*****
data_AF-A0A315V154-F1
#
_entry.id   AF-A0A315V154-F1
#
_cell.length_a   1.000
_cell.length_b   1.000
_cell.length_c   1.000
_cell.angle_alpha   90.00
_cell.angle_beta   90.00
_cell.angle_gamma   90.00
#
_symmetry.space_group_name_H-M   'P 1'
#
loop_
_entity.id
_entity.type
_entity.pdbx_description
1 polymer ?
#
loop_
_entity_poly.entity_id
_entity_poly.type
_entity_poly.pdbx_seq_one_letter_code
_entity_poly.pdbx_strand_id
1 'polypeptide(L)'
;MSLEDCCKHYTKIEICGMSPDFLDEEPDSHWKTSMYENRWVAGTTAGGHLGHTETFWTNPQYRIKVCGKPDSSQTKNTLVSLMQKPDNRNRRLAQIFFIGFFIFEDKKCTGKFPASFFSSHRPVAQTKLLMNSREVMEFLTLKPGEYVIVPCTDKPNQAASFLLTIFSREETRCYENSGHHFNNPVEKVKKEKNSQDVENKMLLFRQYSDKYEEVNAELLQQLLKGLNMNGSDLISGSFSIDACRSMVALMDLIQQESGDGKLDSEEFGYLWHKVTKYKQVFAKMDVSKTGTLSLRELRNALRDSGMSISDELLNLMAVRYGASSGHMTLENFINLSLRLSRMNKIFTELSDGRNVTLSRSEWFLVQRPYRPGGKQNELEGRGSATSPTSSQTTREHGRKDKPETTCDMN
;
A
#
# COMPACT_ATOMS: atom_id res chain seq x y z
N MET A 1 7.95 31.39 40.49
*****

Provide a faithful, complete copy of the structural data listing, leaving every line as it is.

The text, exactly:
data_AF-A0A315V154-F1
#
_entry.id   AF-A0A315V154-F1
#
_cell.length_a   1.000
_cell.length_b   1.000
_cell.length_c   1.000
_cell.angle_alpha   90.00
_cell.angle_beta   90.00
_cell.angle_gamma   90.00
#
_symmetry.space_group_name_H-M   'P 1'
#
loop_
_entity.id
_entity.type
_entity.pdbx_description
1 polymer ?
#
loop_
_entity_poly.entity_id
_entity_poly.type
_entity_poly.pdbx_seq_one_letter_code
_entity_poly.pdbx_strand_id
1 'polypeptide(L)'
;MSLEDCCKHYTKIEICGMSPDFLDEEPDSHWKTSMYENRWVAGTTAGGHLGHTETFWTNPQYRIKVCGKPDSSQTKNTLVSLMQKPDNRNRRLAQIFFIGFFIFEDKKCTGKFPASFFSSHRPVAQTKLLMNSREVMEFLTLKPGEYVIVPCTDKPNQAASFLLTIFSREETRCYENSGHHFNNPVEKVKKEKNSQDVENKMLLFRQYSDKYEEVNAELLQQLLKGLNMNGSDLISGSFSIDACRSMVALMDLIQQESGDGKLDSEEFGYLWHKVTKYKQVFAKMDVSKTGTLSLRELRNALRDSGMSISDELLNLMAVRYGASSGHMTLENFINLSLRLSRMNKIFTELSDGRNVTLSRSEWFLVQRPYRPGGKQNELEGRGSATSPTSSQTTREHGRKDKPETTCDMN
;
A
#
# COMPACT_ATOMS: atom_id res chain seq x y z
N MET A 1 7.95 31.39 40.49